Too often, administrators at community colleges hide behind the myth that it’s unfair to expect much of schools that serve traditionally disadvantaged populations. Our results beg to differ. College number five, Kentucky’s Hazard Community and Technical College—where 96 percent of students receive some form of need-based financial aid—tops hundreds of two- and four-year institutions in the measure of student-faculty interaction. At South Texas College, number twenty-one on our list, 95 percent of its 16,000 students are Hispanic, many of whom are first- and second-generation immigrants. (In fact, South Texas enrolls almost four times as many Hispanic undergraduates as the entire Ivy League.) South Texas scores particularly high on the “student effort” benchmark. Its students are more likely than most to prepare multiple drafts of assignments before turning them in, and to work on projects that require integrating information and ideas from various sources.
DON’T FOLLOW THE MONEY
Yet another prevalent myth in the world of higher education is that the more you spend, the better education you get. Indeed, U.S. News makes per-student funding the third-biggest factor in its rankings. But average per-student spending at the institutions on our list is virtually the same as spending at the typical community college, and tuition is actually lower than the average at other such schools. Needless to say, every college on our list spends a fraction of what a typical four-year college does. That doesn’t mean community colleges couldn’t use more money. But it’s clear that the most expensive schools aren’t necessarily those that teach students best. Exhibit A: Our number one school, Georgia’s Atlanta Technical College, is an urban college attended predominantly by African Americans. Most of its students study part-time while working and tend to focus on work-oriented credentials in health care, construction, and mechanics. CCSSE results indicate that Atlanta Technical gives students a great education despite spending 30 percent less per student than the average community college.
DEGREES OF SEPARATION
Pretty much everyone assumes that every four-year university, regardless of quality, rates above every community
college. Yet the reality isn’t so simple. We gathered the answers that students at the community colleges on our list gave to specific questions on the CCSSE survey. Then we compared the average results with the answers given to the same questions by students at research-intensive universities that participate in a similar study, the National Survey of Student Engagement (NSSE). Table 1 shows the surprising results of that comparison: on a number of important measures, the colleges on our list outperform their four-year peers. More than two-thirds of the community college students ask questions in class or contribute to class discussions, compared to only half of the four-year students. Student-faculty interaction is also better—the community college students are more likely to get prompt feedback on performance and to interact with their professors during and outside of class. And the level of academic challenge is more than comparable—the community college students were more likely to work harder than they thought they could to meet their professor’s expectations. The first concern of the research university is, unsurprisingly, research. Community colleges, by contrast, are far more focused on teaching, and some are doing it better than even the most esteemed four-year institutions. (For more on the distinctive approach to teaching employed at Cascadia Community College, number two on our list, see “Built to Teach”)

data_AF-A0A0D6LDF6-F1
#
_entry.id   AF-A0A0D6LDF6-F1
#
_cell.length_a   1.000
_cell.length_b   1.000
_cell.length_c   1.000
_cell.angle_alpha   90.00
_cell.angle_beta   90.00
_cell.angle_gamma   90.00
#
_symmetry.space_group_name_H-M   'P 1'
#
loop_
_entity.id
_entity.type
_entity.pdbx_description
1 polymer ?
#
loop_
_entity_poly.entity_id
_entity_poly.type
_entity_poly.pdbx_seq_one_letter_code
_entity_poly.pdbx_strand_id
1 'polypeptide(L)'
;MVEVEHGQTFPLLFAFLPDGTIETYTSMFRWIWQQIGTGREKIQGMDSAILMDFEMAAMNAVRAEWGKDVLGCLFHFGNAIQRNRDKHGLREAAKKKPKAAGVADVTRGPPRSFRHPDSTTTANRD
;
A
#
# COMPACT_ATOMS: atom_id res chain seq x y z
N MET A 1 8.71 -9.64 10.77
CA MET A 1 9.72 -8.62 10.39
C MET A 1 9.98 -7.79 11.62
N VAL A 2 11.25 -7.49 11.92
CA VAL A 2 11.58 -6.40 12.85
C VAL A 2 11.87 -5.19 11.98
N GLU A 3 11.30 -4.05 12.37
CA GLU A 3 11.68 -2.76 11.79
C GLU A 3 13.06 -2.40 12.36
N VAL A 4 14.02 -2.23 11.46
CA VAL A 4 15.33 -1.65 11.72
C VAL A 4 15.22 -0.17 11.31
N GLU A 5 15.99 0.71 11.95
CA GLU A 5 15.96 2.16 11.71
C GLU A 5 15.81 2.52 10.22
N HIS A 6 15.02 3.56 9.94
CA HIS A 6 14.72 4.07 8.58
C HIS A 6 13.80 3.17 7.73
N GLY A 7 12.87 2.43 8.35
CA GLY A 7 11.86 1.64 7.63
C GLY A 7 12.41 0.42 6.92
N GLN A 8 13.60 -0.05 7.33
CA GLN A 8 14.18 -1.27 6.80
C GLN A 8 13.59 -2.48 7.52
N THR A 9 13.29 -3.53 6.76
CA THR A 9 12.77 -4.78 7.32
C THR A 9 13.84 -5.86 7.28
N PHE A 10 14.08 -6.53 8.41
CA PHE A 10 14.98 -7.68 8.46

What, then, are the conclusions to be drawn from our list? For community colleges, the main one is this: No more excuses. It’s just not very credible to blame subpar performance on funding levels or student demographics when schools like Hazard and Atlanta Technical are performing so well.
For four-year universities, the conclusion is even tougher: They ought to be ashamed of themselves. Despite all their advantages—lavish campuses, brilliant scholars, social networks that no community college can match—the quality of the teaching at four-year institutions is less rigorous and less helpful than that found at the community colleges on our list. This is a stunning indictment of the extent to which teaching at many of America’s “best” universities has been neglected.
The biggest lesson to be drawn from our list, however, is a hopeful one: Great teaching can happen anywhere. And if America is to succeed in the future, it needs to happen everywhere. It won’t, however, unless pressure is brought to bear on recalcitrant college administrators and faculty—pressure from the politicians who write the rules and the students and parents who write the tuition checks. Consider our best community colleges guide a modest bid to generate that pressure.